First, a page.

You need xfree86-gdb, which is a version of gdb modified to understand the module binary format that XFree86 uses in addition to the standard elf/coff binary formats.
Example 1. Using xfree86-gdb
modules mach64_drv.o mach64_dri.o
xfree86-gdb is freely available from here.
Start a practive level. Type timedemo 1 in the console or in alternative select the "TimeDemo Statistic" menu entry under the "Tools" section.
You should see two numbers in white text on the right side of the screen showing the average framerate (Avg) and the number of frame rates in the last second (Last Sec). If this doesn't work check whether the stats get reported in your ~/.loki/ut/System/UnrealTournament.log file.
OpenGL doesn't have such a query. This is a potential problem with any OpenGL implementation. The real question one wants answered is "is this feature or GL state combination fast enough for my needs?". Whether a feature is implemented in hardware or software isn't always consistant with that question.
You might consider implementing a benchmark function to test the speed during start-up and making a decision depending on the result. The info could be cached in a file keyed by GL_RENDERER.
You can use OpenGL games such as Quake 3, Unreal Tournament, etc.
SPECviewperf is a portable OpenGL performance benchmark program written in C providing a vast amount of flexibility in benchmarking OpenGL performance.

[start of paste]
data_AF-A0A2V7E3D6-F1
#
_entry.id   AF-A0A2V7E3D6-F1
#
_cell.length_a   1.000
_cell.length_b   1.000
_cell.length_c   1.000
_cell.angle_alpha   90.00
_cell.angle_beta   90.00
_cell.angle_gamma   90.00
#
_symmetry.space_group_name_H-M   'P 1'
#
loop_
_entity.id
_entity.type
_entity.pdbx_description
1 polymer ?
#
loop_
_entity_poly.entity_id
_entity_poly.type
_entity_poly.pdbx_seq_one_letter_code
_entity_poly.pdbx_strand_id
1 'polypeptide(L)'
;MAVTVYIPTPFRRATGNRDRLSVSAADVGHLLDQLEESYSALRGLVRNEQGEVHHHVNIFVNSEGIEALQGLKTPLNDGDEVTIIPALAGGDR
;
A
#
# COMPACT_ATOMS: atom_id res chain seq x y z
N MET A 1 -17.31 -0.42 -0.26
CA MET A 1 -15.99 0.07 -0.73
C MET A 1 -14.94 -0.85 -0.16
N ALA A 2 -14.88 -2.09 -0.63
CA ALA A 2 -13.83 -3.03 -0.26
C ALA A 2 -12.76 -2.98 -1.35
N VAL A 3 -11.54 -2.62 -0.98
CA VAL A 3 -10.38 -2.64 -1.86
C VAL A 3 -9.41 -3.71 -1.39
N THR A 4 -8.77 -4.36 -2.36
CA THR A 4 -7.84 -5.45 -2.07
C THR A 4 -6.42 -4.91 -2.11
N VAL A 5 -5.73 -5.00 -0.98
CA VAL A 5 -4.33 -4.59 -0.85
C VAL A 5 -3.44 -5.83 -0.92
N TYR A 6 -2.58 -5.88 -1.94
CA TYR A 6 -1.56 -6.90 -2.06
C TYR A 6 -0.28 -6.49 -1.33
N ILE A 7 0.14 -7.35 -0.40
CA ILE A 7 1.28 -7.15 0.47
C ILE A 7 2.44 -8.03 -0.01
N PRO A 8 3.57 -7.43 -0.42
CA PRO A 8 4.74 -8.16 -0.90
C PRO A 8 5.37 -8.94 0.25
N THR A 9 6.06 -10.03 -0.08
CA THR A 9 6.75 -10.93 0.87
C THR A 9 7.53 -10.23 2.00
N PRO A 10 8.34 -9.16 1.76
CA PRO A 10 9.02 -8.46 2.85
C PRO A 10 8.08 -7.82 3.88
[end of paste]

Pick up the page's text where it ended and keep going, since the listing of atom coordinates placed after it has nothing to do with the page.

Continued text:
SPECglperf is an executable toolkit that measures the performance of OpenGL 2D and 3D graphics operations. These operations are low-level primitives (points, lines, triangles, pixels, etc.) rather than entire models.
glean is a suite of tools for evaluating the quality of an OpenGL implementation and diagnosing any problems that are discovered. It also has the ability to compare two OpenGL implementations and highlight the differences between them.
machtest is a thorough benchmark for graphics cards. It has literary thousands of command line options, is easily extensible and it can produce machine readable output.
Please submit bugs through the bug tracking system in SourceForge. It`s the only way we can keep track of all of them. Write up one problem in each bug report. It`s best if you can create a small example that shows what you think is the problem.
For those who really want to be Open Source heros -- you can create a test for the bug under glean. The intention would be to run glean quite often, so any functionality you can verify there, is much less likely to reappear in a broken form at some random time in the future.